SINCE THESE are the traditional turkey months, now is the time to say the turkey is a greatly maligned bird. First, it suffers from having lost much of its original glamour by allowing itself to become too common.

The turkey's second major problem is that it has allowed itself to be mucked about by the genetic biologists, the experimental breeders. Its wings are now so small, so flabby with non-muscular flesh, that it no longer can have the fun of flying. Its legs are now so short, in relation to its huge, out-of-proportion body, that it no longer can have the joy of running, except with difficulty and mental tension. It can't even splash around in the water with the ducks and geese. No wonder the turkey is ill-tempered and sad. w

Nonetheless, I'm always on the look-out for new turkey recipes that will give some aromatic qualities to the flesh, while providing a flavorful juiciness and an overall rich, velvety softness -- exactly the qualitities that normally are lacking in the average, everyday turkey. Now, I believe I have found the near-perfect cooking combination. The recipe comes, unexpectedly, from Morocco, by way of Brussels.

One of the main Moroccan features of this dish is that it uses the famous North African wheat grain with the fantastic name, couscous, which, I believe, simply represents the sound of the bubbling, hissing steamer, a couscoussiere, in which the grain is cooked. You can get a real couscoussiere, or you can use a Chinese steamer, or even an improvised colander or strainer fitted into the top of a saucepan of boiling liquid. To achieve the chewy nuttiness of authentic couscous, you must use a coarse-grained, hard wheat, preferably from Algeria, Morocco or Tunisia -- never the packaged so-called instant or precooked kind, which is likely to mash down into a soft and flabby pudding. If there is a choice between fine, medium and large grain couscous, I always choose the coarsest.

This turkey is first poached in an aromatic bouillon, which keeps it beautifully moist and tender, while injecting spice flavors into the flesh. Then the bird is browned in the oven and its skin is crisped and glazed with honey and the delicate flavor of orange-flower water. The spices should be absolutely fresh; it is best to grind them just before using them, in an electric spice mill, or by hand in a mortar with a pestle. Powdered spices kept in storage, lose most of their flavor oils by evaporation.

Once the skin is browned, you can keep it hot in the oven with the door closed and the heat turned off, for up to 20 minutes.

Then, when it comes to the table, its skin glazed in shades of gold, its flesh perfumed with the spices of Casablanca or Marrakesh, its body a veritable cornucopia of fruits, spices and buttery yellow grain, it makes a party dish a long way beyond the simple satisfactions of our Puritan forefathers. This is turkey at its most glamorous. HONEY-GLAZED TURKEY STUFFED WITH COUSCOUS MOROCCO STYLE (10 to 12 servings) 1 female turkey (8 1/2 pounds) not self basting and preferably fresh 1 pound North African couscous, coarse-grained, hard wheat For the bouillon: 4 pounds veal soup bones, cut up by butcher 1/4 cup olive oil for rubbing bones Few tablespoons flour for coating bones 4 pounds lean veal soup meat, cut up into 1 1/2-inch cubes by butcher 4 medium carrots, scraped and chunked 4 good stalks green Pascal celery, with leaves, all coarsely chopped 3 leeks, white parts only, washed, de-sanded, chunked 5 medium yellow onions, peeled and quartered 1 bottle dry white wine 2 teaspoons dried basil 1 teaspoon whole coriander seeds 1 tablespoon finely minced fresh ginger root 1 teaspoon dried marjoram 1 teaspoon dried thyme 1 teaspoon whole black peppercorns 1/2 teaspoon red cayenne pepper For the couscous: Coarse salt 1 cup coarsely chopped pitted dates 1 cup seedless raisins 12 tablespoons unsalted butter 2 teaspoons freshly ground cinnamon 2 tablespoons superfine white sugar 1 teaspoon freshly ground coriander seed 2 teaspoons finely minced fresh ginger root 4 tablespoons orange-flower water 2 tablespoons fresh lemon juice Fresh ground black pepper to taste For the turkey: 1 1/2 cups shelled, skinned, and slivered almonds 8 tablespoons unsalted butter 1 teaspoon freshly ground cinnamon 1 teaspoon saffron filaments or 1/4 teaspoon powdered saffron 4 tablespoons fine-quality honey Salt and pepper 1 tablespoon fresh lemon juice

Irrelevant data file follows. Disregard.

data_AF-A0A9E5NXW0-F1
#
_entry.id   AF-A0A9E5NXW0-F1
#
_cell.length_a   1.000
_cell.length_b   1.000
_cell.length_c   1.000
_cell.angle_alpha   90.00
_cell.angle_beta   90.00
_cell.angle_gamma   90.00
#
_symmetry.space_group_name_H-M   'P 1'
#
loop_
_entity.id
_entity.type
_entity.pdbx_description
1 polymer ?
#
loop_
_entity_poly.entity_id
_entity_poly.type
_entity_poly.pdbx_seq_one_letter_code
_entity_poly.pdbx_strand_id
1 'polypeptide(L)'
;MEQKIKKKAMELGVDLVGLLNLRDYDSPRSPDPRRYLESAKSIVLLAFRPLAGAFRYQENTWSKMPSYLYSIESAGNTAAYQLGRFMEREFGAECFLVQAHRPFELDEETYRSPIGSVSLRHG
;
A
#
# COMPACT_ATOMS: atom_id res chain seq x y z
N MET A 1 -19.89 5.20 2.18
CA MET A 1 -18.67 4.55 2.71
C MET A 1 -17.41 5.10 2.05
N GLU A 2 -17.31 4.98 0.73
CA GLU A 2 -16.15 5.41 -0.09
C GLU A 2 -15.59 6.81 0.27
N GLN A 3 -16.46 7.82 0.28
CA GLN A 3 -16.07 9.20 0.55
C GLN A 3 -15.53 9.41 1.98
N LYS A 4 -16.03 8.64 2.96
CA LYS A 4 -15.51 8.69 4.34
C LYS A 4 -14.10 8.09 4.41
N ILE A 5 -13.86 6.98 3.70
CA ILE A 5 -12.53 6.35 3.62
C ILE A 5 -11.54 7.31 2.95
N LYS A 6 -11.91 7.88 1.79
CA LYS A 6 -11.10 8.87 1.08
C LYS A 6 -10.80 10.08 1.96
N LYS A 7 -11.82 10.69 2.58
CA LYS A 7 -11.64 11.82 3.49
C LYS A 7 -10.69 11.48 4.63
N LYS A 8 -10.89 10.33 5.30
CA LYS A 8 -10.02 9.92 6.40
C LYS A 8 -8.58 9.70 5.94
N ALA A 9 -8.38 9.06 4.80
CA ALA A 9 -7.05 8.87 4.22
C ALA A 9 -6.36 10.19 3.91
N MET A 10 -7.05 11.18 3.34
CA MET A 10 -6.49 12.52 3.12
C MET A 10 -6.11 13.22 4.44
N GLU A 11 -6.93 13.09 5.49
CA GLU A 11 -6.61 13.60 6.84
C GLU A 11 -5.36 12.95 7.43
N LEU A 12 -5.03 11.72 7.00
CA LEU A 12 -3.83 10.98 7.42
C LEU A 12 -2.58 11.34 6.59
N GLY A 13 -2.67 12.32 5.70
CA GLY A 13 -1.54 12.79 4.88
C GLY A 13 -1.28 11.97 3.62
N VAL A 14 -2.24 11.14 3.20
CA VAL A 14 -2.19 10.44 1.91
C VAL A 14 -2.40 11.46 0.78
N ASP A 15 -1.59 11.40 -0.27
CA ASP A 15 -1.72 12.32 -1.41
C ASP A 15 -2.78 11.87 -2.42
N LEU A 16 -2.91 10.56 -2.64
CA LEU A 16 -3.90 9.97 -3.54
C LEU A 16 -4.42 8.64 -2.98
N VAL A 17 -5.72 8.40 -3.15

Available at a Middle-Eastern grocery or fancy food shop.